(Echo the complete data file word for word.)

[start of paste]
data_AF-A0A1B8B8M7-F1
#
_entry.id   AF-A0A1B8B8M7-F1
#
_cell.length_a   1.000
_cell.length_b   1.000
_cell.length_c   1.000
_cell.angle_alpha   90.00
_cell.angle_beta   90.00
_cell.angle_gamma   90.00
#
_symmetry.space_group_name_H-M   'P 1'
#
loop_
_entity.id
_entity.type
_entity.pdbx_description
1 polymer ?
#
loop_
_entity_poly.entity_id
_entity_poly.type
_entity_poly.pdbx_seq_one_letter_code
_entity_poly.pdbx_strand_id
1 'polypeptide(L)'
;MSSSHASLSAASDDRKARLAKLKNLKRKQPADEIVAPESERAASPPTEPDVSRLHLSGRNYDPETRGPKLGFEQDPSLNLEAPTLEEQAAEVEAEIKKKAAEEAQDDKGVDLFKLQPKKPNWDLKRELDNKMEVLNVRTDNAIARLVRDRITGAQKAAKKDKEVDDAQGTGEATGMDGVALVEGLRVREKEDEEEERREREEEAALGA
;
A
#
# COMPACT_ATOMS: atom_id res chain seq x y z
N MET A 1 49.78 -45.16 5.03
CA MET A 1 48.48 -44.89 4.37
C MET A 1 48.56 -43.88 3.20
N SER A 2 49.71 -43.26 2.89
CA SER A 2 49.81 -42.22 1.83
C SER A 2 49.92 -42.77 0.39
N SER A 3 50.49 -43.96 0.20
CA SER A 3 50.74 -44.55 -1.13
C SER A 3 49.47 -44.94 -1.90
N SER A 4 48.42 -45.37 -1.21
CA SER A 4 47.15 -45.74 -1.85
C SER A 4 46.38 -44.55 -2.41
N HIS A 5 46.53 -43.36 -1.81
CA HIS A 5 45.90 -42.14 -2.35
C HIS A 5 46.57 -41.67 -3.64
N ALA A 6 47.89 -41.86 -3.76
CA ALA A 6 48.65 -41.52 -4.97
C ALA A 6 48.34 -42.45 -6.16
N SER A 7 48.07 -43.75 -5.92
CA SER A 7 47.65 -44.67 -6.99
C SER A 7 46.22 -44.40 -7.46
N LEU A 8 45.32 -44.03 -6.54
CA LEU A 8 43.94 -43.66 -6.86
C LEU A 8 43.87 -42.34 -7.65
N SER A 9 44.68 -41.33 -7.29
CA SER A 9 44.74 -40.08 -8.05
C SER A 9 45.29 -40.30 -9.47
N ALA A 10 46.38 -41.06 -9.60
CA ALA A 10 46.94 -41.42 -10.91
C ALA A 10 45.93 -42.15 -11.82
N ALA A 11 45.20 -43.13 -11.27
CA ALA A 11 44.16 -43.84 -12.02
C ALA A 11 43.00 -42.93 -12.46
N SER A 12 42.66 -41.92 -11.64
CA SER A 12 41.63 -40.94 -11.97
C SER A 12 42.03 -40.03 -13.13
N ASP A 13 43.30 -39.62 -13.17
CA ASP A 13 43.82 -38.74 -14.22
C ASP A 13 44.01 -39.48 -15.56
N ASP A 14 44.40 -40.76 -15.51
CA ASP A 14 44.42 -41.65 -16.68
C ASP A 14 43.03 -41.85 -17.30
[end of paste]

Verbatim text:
data_AF-A0A1B8B8M7-F1
#
_entry.id   AF-A0A1B8B8M7-F1
#
_cell.length_a   1.000
_cell.length_b   1.000
_cell.length_c   1.000
_cell.angle_alpha   90.00
_cell.angle_beta   90.00
_cell.angle_gamma   90.00
#
_symmetry.space_group_name_H-M   'P 1'
#
loop_
_entity.id
_entity.type
_entity.pdbx_description
1 polymer ?
#
loop_
_entity_poly.entity_id
_entity_poly.type
_entity_poly.pdbx_seq_one_letter_code
_entity_poly.pdbx_strand_id
1 'polypeptide(L)'
;MSSSHASLSAASDDRKARLAKLKNLKRKQPADEIVAPESERAASPPTEPDVSRLHLSGRNYDPETRGPKLGFEQDPSLNLEAPTLEEQAAEVEAEIKKKAAEEAQDDKGVDLFKLQPKKPNWDLKRELDNKMEVLNVRTDNAIARLVRDRITGAQKAAKKDKEVDDAQGTGEATGMDGVALVEGLRVREKEDEEEERREREEEAALGA
;
A
#
# COMPACT_ATOMS: atom_id res chain seq x y z
N MET A 1 49.78 -45.16 5.03
CA MET A 1 48.48 -44.89 4.37
C MET A 1 48.56 -43.88 3.20
N SER A 2 49.71 -43.26 2.89
CA SER A 2 49.81 -42.22 1.83
C SER A 2 49.92 -42.77 0.39
N SER A 3 50.49 -43.96 0.20
CA SER A 3 50.74 -44.55 -1.13
C SER A 3 49.47 -44.94 -1.90
N SER A 4 48.42 -45.37 -1.21
CA SER A 4 47.15 -45.74 -1.85
C SER A 4 46.38 -44.55 -2.41
N HIS A 5 46.53 -43.36 -1.81
CA HIS A 5 45.90 -42.14 -2.35
C HIS A 5 46.57 -41.67 -3.64
N ALA A 6 47.89 -41.86 -3.76
CA ALA A 6 48.65 -41.52 -4.97
C ALA A 6 48.34 -42.45 -6.16
N SER A 7 48.07 -43.75 -5.92
CA SER A 7 47.65 -44.67 -6.99
C SER A 7 46.22 -44.40 -7.46
N LEU A 8 45.32 -44.03 -6.54
CA LEU A 8 43.94 -43.66 -6.86
C LEU A 8 43.87 -42.34 -7.65
N SER A 9 44.68 -41.33 -7.29
CA SER A 9 44.74 -40.08 -8.05
C SER A 9 45.29 -40.30 -9.47
N ALA A 10 46.38 -41.06 -9.60
CA ALA A 10 46.94 -41.42 -10.91
C ALA A 10 45.93 -42.15 -11.82
N ALA A 11 45.20 -43.13 -11.27
CA ALA A 11 44.16 -43.84 -12.02
C ALA A 11 43.00 -42.93 -12.46
N SER A 12 42.66 -41.92 -11.64
CA SER A 12 41.63 -40.94 -11.97
C SER A 12 42.03 -40.03 -13.13
N ASP A 13 43.30 -39.62 -13.17
CA ASP A 13 43.82 -38.74 -14.22
C ASP A 13 44.01 -39.48 -15.56
N ASP A 14 44.40 -40.76 -15.51
CA ASP A 14 44.42 -41.65 -16.68
C ASP A 14 43.03 -41.85 -17.30